“The phone call was a welcome one, and not unexpected. An old friend of mine, a fellow aikido instructor, was on the other end of the phone. I had been trying to reach him to see if he was able to come to a seminar I was hosting, and if I could provide any assistance to ensure he had a comfortable (read: economical) trip. The voice that greeted me on the other end of the line was filled with that calm resignation that comes only from someone who has made a difficult decision, and now must share the results of that decision.”
“In Misogi no Jo, O-Sensei claimed to perform a “purification” of the mat from “evil spirits” and it is clear that he did that through spiral movements!”
Finding empirically such a geometry in the world around us is rather natural: in nature, spirals are very common. Draining water in bathtubs, tornados, and whirlpools are all clear examples of the spiral form that arises from these phenomena.
But there are spirals almost everywhere, even where we wouldn’t expect to find them. If we take the image of a match just lit, we can spot in the early moments the natural geometric behaviour of smoke around it and we can see that it assumes clearly a spiral shape!
But that’s not all! Galaxies are spiral-shaped too, which suggests that we find this occurrence both in the infinitely big as the infinitely small. There are spirals formed by the pistils in the crown of a sunflower, as well as in shells or in the arrangement of the petals of a rose.
Again… we intuitively know that the human body is full of spiral forms. The ear lobe, the lines of our hands, etc. We have even found that there are spirals which approximate quite well the spontaneous nature of human profiles. In the specific case, spirals derived from the logarithmic function that makes them, in turn, the geometric shape more similar to the numbers of the convergent and famous Fibonacci sequence, containing the equally famous “golden ratio” which our entire universe seems to be built upon.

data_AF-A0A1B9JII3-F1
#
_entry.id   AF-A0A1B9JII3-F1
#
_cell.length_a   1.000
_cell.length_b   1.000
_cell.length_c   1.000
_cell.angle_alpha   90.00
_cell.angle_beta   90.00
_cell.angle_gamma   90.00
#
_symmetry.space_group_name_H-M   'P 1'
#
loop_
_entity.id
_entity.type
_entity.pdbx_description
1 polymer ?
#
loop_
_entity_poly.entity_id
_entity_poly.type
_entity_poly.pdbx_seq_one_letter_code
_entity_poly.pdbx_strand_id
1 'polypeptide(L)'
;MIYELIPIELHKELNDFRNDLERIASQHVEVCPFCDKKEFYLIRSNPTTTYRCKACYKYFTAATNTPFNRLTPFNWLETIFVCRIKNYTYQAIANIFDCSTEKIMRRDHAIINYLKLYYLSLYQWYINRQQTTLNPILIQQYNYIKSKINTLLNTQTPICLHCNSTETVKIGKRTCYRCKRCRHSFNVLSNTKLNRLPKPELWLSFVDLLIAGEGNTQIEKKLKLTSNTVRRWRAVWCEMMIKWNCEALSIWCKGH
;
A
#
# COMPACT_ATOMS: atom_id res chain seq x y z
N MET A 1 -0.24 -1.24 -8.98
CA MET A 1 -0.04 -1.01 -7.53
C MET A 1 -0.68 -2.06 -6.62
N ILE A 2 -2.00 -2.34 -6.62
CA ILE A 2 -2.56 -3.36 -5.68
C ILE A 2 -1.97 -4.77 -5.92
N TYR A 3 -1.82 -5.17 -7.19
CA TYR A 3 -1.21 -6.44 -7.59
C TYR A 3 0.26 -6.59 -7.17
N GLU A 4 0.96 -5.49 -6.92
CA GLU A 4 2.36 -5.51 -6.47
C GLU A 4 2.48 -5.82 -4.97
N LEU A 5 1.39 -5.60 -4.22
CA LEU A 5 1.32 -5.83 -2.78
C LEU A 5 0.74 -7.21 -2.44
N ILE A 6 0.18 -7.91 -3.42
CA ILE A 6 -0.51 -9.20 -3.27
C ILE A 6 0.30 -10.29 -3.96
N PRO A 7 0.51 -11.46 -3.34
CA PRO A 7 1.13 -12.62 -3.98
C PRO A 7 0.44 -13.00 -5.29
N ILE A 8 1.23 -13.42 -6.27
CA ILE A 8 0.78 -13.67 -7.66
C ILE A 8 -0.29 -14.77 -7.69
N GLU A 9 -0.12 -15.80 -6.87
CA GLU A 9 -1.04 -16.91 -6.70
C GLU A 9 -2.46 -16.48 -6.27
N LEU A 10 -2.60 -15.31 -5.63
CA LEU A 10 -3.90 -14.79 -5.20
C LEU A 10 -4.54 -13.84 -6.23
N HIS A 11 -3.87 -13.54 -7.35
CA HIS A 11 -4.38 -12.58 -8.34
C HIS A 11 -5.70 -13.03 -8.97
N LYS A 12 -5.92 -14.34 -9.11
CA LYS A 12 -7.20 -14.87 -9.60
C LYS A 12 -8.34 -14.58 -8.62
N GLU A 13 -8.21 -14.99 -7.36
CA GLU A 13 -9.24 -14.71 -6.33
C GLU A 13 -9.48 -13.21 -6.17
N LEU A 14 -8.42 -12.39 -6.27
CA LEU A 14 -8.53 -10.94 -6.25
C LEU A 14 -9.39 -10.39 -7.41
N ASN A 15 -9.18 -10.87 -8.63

But this is a different story and for our purposes we should look beyond. The key question is: why is this ubiquitous geometry so important?
In physics, it seems that the energy might have been transformed into matter through a spiral shape in the first instants of the Big Bang as it now appears that matter goes back to its energy state (and possibly has been ejected in some other dimension?) through the well-known phenomenon of black holes.
Therefore, there are essentially two kinds of spirals, each of them with a different pole. The first kind is able to focus a dense critical energy built around its center and throw it to the periphery (Big Bang), while the other is able to attract the energy from the outside and concentrate it around its center (as in the black holes).
And this is something more than a theory. It is in fact well known and accepted by everyone! Hurricanes are formed by spirals of “positive polarity” and can lift objects they encounter on the ground and throw them in the air, tangentially to their rotation.
On the other hand, whirlpools do exactly the opposite: they attract boats or whatever floats in the surface of the water and sink them. This is an example of a receptive spiral motion that we could call of “negative polarity”.
In Aikido partner kata training where a single technique or set of combined techniques or counters are practiced, who controls the technique? Uke or Nage?
The word “throws” is used a lot, by many, but if this were the case it would no longer be Aikido, but a form of judo expressing the same-old-same-old bully-victim paradigm of one person “doing something” to someone else following a contest of some kind.
In such case, not only is it not Aikido, but nothing has been learned of the Founder’s paradigm of transcending violence. “Throwing” someone or pushing “them” over plays into the very illness true Aikido was formulated to transcend!